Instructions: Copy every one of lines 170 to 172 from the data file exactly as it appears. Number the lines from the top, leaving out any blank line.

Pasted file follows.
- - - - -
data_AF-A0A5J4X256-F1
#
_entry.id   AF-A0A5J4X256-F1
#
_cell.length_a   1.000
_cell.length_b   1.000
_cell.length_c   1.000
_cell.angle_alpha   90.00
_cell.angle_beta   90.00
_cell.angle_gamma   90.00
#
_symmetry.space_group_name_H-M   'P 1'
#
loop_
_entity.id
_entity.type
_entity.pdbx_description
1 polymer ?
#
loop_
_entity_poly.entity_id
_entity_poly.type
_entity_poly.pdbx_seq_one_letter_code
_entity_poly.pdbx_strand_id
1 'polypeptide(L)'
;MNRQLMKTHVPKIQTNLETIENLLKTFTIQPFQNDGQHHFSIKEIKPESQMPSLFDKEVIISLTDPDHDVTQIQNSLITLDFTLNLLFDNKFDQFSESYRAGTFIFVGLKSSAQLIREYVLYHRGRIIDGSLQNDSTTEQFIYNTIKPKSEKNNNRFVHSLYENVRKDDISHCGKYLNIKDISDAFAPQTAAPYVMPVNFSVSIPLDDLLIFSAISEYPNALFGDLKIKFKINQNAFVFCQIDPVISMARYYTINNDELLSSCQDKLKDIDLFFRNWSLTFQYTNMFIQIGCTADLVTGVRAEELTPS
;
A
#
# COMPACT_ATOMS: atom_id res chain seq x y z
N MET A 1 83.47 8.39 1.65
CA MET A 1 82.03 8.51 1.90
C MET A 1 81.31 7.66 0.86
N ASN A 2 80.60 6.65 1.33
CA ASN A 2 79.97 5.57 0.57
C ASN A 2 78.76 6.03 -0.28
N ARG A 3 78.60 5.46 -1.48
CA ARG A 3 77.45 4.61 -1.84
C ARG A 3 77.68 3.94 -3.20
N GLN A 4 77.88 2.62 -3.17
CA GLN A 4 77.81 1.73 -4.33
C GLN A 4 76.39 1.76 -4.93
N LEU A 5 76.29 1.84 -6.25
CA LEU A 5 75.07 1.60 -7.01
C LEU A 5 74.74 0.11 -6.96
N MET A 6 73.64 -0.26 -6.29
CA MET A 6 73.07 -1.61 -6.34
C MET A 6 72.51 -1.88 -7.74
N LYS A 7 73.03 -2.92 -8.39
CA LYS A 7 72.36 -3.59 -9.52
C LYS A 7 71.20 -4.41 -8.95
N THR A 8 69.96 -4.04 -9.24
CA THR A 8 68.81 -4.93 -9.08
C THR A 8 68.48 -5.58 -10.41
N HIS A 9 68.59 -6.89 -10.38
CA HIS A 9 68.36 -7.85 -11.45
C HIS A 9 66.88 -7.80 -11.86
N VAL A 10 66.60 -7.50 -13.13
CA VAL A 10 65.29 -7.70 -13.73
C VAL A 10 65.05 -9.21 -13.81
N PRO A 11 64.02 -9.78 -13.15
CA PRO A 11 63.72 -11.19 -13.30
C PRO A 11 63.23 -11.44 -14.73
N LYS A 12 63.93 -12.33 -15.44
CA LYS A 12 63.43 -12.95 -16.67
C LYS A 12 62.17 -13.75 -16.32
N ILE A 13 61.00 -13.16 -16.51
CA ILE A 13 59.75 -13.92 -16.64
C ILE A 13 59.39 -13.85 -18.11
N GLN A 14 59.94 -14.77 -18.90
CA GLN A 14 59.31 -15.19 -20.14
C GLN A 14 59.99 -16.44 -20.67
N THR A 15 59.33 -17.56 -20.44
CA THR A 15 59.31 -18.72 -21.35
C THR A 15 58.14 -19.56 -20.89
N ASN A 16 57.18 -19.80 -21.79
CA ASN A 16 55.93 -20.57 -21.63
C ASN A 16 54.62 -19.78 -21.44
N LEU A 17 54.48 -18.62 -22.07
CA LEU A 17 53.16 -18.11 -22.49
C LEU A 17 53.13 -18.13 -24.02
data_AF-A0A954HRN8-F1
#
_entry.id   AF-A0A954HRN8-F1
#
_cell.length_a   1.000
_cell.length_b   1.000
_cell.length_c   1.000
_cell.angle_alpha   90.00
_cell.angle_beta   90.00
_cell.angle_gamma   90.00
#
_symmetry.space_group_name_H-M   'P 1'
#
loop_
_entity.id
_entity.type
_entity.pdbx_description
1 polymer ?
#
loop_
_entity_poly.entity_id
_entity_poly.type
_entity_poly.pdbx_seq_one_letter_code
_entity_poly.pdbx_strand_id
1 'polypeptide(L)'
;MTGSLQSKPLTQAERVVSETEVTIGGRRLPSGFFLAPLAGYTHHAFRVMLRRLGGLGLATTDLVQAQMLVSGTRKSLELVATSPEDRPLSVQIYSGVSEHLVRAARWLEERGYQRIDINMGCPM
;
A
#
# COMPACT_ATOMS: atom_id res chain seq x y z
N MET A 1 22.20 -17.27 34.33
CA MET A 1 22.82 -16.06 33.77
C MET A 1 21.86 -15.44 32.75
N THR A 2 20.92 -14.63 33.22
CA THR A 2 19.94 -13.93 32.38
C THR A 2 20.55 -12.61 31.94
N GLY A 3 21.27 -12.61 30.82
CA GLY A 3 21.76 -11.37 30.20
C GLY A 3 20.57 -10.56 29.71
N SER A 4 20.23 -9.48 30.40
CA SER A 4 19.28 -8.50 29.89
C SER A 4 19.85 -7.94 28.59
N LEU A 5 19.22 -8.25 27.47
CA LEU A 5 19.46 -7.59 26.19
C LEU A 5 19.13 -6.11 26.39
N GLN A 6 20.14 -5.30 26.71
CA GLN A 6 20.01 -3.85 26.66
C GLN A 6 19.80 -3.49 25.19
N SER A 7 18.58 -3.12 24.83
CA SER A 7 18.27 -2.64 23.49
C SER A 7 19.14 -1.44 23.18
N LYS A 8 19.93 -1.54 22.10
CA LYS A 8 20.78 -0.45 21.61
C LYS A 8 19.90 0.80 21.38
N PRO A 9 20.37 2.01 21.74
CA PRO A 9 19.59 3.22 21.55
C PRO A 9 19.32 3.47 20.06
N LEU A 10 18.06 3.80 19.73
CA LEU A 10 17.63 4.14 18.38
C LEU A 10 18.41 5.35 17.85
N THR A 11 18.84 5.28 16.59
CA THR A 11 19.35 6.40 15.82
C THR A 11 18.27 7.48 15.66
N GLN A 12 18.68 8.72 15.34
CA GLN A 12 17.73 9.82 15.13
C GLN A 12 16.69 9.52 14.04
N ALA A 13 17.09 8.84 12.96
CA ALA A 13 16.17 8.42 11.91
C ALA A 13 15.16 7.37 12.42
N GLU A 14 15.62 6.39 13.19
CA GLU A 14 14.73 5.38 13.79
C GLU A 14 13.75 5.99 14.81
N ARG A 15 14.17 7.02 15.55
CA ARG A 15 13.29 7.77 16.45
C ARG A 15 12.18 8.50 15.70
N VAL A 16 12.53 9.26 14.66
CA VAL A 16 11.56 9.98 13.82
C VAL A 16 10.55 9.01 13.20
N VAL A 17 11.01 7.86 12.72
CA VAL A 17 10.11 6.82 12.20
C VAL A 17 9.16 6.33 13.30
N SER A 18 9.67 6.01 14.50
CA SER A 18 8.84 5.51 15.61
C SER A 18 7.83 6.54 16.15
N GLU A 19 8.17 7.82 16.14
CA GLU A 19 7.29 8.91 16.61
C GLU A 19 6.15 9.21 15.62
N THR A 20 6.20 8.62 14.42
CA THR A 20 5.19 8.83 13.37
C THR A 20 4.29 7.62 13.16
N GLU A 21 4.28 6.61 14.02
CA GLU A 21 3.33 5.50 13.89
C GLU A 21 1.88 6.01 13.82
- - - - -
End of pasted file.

CA THR A 20 5.19 8.83 13.37
C THR A 20 4.29 7.62 13.16
N GLU A 21 4.28 6.61 14.02